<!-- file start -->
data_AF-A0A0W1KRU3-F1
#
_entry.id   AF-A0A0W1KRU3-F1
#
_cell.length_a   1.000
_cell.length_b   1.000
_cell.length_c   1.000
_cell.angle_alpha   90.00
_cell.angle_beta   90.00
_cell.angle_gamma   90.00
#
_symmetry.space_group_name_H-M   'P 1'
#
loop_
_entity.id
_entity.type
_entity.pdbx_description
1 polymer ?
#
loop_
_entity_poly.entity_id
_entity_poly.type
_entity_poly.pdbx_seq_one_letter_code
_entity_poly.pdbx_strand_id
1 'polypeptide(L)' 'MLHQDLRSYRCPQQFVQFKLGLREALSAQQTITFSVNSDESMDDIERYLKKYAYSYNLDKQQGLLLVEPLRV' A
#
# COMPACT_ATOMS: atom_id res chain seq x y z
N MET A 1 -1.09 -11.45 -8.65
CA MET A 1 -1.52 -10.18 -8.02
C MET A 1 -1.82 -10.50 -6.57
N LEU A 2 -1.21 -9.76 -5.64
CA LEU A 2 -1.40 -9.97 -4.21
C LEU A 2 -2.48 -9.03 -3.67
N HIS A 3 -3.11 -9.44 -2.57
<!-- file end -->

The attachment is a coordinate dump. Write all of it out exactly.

data_AF-A0A0W1KRU3-F1
#
_entry.id   AF-A0A0W1KRU3-F1
#
_cell.length_a   1.000
_cell.length_b   1.000
_cell.length_c   1.000
_cell.angle_alpha   90.00
_cell.angle_beta   90.00
_cell.angle_gamma   90.00
#
_symmetry.space_group_name_H-M   'P 1'
#
loop_
_entity.id
_entity.type
_entity.pdbx_description
1 polymer ?
#
loop_
_entity_poly.entity_id
_entity_poly.type
_entity_poly.pdbx_seq_one_letter_code
_entity_poly.pdbx_strand_id
1 'polypeptide(L)' 'MLHQDLRSYRCPQQFVQFKLGLREALSAQQTITFSVNSDESMDDIERYLKKYAYSYNLDKQQGLLLVEPLRV' A
#
# COMPACT_ATOMS: atom_id res chain seq x y z
N MET A 1 -1.09 -11.45 -8.65
CA MET A 1 -1.52 -10.18 -8.02
C MET A 1 -1.82 -10.50 -6.57
N LEU A 2 -1.21 -9.76 -5.64
CA LEU A 2 -1.40 -9.97 -4.21
C LEU A 2 -2.48 -9.03 -3.67
N HIS A 3 -3.11 -9.44 -2.57